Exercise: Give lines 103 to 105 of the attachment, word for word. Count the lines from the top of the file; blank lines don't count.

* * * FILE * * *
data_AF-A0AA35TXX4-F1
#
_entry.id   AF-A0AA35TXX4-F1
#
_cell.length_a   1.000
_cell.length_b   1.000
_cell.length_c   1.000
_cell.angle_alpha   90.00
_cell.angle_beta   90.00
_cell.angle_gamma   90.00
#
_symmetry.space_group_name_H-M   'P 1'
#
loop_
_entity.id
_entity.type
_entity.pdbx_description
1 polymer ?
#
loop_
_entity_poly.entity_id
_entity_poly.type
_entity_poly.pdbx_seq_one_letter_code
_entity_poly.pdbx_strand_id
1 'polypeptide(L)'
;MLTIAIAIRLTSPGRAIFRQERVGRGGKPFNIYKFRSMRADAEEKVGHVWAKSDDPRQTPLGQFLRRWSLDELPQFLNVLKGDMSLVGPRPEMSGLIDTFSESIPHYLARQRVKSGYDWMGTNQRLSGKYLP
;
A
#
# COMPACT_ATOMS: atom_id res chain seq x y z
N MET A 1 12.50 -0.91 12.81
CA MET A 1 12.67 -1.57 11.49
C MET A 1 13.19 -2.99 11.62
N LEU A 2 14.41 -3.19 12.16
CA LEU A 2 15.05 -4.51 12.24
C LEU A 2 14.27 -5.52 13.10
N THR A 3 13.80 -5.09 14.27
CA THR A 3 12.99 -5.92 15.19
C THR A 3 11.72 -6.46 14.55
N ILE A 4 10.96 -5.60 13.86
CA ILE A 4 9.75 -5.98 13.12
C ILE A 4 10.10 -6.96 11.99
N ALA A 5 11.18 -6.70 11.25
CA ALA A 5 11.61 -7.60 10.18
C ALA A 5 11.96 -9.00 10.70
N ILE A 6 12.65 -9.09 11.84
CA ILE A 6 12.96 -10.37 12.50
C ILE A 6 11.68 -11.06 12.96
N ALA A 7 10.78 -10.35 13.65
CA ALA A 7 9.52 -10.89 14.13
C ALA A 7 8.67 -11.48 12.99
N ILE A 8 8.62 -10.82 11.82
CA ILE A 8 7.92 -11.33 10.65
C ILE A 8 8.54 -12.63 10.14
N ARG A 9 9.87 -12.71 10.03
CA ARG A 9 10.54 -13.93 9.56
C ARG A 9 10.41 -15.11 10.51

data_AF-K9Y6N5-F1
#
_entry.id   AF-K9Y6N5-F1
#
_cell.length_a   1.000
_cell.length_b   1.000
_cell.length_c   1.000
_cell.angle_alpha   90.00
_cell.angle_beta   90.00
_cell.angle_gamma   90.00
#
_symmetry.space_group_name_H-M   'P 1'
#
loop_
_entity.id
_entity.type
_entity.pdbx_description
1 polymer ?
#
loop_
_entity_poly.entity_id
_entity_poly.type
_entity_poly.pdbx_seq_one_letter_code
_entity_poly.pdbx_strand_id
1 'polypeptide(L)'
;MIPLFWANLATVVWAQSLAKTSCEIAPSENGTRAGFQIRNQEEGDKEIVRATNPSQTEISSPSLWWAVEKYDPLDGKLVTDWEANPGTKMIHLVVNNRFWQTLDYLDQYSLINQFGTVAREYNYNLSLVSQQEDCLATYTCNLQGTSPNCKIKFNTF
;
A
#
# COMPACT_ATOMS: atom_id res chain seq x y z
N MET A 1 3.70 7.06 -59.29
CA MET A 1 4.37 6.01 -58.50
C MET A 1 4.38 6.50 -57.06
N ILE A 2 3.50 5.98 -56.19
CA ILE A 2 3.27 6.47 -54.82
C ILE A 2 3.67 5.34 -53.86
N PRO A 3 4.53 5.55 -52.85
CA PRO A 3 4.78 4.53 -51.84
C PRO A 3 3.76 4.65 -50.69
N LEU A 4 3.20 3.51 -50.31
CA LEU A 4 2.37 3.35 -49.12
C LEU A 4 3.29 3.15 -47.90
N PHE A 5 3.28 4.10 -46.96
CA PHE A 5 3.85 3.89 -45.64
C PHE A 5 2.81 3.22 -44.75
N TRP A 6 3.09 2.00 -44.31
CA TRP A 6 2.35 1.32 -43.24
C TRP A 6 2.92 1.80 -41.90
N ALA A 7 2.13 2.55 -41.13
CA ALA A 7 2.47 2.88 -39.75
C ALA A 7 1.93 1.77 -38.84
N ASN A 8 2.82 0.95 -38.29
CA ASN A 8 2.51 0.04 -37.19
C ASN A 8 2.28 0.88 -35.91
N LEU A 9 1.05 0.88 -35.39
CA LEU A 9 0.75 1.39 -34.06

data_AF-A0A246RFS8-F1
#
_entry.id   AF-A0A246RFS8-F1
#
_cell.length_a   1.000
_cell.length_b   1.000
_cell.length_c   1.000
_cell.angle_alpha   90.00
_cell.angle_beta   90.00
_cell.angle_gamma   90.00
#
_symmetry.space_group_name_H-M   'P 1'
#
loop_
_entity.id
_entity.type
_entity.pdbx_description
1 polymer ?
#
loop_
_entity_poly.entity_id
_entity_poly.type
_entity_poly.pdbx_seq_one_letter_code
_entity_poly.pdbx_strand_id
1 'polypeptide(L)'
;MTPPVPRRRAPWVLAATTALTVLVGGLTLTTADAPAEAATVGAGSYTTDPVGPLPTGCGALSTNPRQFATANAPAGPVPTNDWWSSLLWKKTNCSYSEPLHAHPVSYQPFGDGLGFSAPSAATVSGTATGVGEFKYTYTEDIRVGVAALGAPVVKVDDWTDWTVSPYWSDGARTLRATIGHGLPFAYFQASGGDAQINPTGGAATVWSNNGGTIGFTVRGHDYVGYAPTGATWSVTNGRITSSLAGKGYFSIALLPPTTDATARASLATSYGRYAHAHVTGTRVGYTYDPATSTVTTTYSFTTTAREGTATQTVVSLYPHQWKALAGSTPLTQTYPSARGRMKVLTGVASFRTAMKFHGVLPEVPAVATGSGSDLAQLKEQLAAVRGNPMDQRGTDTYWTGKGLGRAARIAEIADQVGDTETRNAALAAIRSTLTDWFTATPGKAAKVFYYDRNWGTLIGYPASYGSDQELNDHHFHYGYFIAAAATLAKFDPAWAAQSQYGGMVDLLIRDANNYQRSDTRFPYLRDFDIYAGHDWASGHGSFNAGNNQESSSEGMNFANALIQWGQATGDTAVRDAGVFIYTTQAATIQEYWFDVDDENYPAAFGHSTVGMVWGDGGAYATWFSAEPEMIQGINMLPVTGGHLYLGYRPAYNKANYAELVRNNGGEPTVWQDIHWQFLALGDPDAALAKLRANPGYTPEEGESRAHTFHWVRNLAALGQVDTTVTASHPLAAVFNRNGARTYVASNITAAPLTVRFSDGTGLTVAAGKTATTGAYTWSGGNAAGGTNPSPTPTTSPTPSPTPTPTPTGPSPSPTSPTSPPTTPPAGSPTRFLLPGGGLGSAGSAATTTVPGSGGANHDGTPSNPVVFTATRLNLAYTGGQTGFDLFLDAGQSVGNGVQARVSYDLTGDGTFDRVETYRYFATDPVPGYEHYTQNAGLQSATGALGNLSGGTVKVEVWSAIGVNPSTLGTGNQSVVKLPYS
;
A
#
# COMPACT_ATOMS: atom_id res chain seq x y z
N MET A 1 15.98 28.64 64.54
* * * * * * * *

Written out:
N TRP A 6 3.09 2.00 -44.31
CA TRP A 6 2.35 1.32 -43.24
C TRP A 6 2.92 1.80 -41.90